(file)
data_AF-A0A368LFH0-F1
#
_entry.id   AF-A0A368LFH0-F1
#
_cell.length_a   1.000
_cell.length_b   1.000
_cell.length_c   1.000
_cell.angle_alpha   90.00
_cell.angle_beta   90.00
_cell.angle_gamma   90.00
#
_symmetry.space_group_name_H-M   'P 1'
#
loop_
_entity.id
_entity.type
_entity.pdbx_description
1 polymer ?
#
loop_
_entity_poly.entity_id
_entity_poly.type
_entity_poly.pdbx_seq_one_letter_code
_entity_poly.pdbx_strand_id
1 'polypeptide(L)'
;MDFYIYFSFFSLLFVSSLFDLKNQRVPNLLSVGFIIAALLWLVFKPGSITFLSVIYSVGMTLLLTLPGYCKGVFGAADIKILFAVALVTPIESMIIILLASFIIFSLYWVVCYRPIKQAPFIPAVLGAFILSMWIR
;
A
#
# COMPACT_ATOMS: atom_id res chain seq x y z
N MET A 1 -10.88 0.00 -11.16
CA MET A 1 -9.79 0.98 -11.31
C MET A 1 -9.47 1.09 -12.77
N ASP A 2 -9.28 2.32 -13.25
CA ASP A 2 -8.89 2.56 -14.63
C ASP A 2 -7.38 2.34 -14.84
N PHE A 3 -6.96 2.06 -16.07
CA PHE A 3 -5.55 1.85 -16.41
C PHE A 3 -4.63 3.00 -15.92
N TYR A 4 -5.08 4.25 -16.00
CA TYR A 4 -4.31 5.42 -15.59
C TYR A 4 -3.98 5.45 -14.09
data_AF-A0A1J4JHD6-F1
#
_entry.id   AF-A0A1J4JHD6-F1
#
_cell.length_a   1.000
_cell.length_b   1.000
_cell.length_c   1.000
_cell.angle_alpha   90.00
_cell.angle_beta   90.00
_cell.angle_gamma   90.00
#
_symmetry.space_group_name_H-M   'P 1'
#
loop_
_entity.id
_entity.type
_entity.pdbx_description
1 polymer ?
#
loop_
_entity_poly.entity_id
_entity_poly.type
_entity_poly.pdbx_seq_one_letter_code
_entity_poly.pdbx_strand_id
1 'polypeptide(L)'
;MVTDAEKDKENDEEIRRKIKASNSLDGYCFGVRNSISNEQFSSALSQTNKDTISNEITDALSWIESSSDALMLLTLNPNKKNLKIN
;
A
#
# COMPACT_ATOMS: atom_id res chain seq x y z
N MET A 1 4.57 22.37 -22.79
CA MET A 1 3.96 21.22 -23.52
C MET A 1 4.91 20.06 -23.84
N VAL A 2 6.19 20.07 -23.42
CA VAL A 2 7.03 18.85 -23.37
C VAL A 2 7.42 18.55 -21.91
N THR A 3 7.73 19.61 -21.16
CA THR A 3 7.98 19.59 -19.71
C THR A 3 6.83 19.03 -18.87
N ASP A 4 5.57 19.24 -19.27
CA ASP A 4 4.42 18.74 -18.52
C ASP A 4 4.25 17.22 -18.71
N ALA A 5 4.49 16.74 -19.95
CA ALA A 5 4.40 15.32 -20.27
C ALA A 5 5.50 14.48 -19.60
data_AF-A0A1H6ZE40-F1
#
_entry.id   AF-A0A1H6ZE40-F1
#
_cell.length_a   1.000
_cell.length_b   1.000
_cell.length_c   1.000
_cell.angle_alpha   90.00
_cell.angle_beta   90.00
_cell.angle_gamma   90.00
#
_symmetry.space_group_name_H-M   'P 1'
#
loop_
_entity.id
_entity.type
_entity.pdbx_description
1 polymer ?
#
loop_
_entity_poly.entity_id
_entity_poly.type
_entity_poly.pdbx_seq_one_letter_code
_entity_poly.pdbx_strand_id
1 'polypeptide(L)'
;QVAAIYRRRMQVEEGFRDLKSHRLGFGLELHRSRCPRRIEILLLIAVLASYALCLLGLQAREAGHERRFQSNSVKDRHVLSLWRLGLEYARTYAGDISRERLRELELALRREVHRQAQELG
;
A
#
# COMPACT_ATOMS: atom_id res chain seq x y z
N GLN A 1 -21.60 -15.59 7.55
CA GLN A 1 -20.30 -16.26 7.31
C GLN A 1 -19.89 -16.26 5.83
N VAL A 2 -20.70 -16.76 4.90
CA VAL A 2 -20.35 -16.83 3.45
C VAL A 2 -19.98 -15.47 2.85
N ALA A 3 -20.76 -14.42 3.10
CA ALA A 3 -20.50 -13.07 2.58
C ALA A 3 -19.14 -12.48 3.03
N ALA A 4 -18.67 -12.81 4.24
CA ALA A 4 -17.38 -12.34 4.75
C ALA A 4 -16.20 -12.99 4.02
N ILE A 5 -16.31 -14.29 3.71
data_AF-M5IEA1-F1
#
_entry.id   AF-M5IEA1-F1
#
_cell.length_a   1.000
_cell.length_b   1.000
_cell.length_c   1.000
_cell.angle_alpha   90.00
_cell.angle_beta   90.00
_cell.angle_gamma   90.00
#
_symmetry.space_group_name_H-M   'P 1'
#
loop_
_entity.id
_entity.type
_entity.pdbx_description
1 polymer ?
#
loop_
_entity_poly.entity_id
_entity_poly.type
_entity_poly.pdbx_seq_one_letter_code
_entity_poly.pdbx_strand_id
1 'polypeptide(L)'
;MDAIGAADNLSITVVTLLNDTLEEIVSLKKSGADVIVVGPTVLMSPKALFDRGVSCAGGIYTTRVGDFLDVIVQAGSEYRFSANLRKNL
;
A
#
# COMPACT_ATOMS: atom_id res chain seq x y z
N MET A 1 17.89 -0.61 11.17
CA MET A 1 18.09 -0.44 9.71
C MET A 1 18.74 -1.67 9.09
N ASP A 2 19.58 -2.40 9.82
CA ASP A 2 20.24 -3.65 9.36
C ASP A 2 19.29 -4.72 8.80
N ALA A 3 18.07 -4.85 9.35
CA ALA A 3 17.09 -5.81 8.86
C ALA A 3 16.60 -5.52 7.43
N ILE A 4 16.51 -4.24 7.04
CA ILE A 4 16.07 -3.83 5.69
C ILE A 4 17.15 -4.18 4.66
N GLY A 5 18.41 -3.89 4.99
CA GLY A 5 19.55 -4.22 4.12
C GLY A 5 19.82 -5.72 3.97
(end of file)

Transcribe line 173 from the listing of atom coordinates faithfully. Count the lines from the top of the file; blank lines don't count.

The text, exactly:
N GLY A 5 18.41 -3.89 4.99